Death at a cinema

These days it’s common for production companies to remake films. Sometimes successfully, and sometimes not so much. Most of the time I shrug it off. I mean, technology is advancing at such a rate that there are old films which would drastically benefit from a revamp.

But when a production house picks up a film which is barely three years old and was done perfectly the first time around… Well, it annoys me.

Case in point: Death at a Funeral, the 2007 film directed by Frank Oz and starring Matthew Macfadyen, Keeley Hawes, Andy Nyman, Ewen Bremner, Alan Tudyk and Peter Dinklage.

It’s a hilarious British film which had me laughing from start to finish. In fact, I love the film so much I own the DVD. The British just have such a dry touch when it comes to humour. They manage to craft a situation so as to get the most laughs from little more than a slight change in facial expression, or the tone in which a line is delivered.

No resorting to cheap slapstick and toilet humour. To be fair, Death at a Funeral does have its fair share of slapstick and (literal) toilet humour, but it doesn’t drive the film. It is incidental. There is no feeling that the people in charge sat down and decided to ram in gags to get more laughs. The film would still be funny if those scenes were cut.

But.

The thing which has ruffled my feathers is that our friends over in the United States have decided to remake the film. Not three years later, with an American cast and a slightly different take on the family.

The new version, directed by Neil LaBute, will star Chris Rock, Martin Lawrence, Danny Glover, Luke Wilson and James Marden. Oh and Peter Dinklage reprises his role.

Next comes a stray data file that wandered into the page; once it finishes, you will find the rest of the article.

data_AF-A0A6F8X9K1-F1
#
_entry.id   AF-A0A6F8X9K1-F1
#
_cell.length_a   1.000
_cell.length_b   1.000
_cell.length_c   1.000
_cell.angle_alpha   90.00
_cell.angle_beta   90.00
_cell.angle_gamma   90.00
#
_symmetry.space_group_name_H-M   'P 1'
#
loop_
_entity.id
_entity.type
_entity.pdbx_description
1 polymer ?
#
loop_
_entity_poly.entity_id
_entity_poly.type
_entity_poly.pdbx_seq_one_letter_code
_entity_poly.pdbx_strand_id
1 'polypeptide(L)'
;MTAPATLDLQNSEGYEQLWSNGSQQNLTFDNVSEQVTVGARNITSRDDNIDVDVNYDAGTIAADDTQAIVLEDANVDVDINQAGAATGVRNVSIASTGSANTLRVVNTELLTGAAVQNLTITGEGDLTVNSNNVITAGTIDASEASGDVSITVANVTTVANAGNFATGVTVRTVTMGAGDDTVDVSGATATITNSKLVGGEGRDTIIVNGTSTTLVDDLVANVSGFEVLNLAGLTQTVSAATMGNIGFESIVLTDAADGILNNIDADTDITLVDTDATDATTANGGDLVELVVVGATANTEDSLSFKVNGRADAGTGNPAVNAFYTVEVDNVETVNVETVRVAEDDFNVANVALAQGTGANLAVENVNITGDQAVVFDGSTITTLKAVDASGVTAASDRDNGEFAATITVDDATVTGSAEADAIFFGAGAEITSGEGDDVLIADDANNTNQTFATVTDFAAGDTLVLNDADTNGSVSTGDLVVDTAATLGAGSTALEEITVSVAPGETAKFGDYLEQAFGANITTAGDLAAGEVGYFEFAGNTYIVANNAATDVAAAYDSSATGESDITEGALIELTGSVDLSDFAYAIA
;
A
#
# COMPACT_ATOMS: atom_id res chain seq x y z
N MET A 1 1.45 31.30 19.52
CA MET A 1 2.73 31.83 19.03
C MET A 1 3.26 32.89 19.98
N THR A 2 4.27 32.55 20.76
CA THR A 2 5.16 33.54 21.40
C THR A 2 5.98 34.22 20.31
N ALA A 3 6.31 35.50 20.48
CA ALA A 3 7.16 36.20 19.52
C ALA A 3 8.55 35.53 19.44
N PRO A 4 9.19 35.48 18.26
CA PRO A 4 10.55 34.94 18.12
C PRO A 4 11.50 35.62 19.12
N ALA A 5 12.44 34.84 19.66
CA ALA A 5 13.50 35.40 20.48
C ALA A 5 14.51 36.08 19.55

Now I’m not saying they’re going to make a totally hash of it. Erm, actually, I think I kind of am.

Why oh why oh why, do they feel the need to take a film which was perfect on so many levels and re-do it?

Is it because maybe they didn’t think the international audience was clever enough to “get” it? I certainly hope not. I think sometimes people in the entertainment and media bizz don’t give their viewers and readers enough credit.

Is it because they realized how well the British version was received and thought they’d try to translate it for the US market in the hopes of cashing in? I certainly hope not. There have got to be thousands of talented writers out there who are able to write brilliant, funny and intelligent new screenplays. Why not air the new talent rather than nicking someone else’s laundry, making a few adjustments and parading it as your own?

And if you’re going to remake a film, at least wait until enough years have gone by that’s it’s not a slap in the face to the people involved the first time around, or wait until technology has advanced enough that you can make a new version that will blow the previous one out of the water.

Will I go and see the new one when it’s released in June? Probably not, but I may have calmed down enough the time it comes out on DVD.

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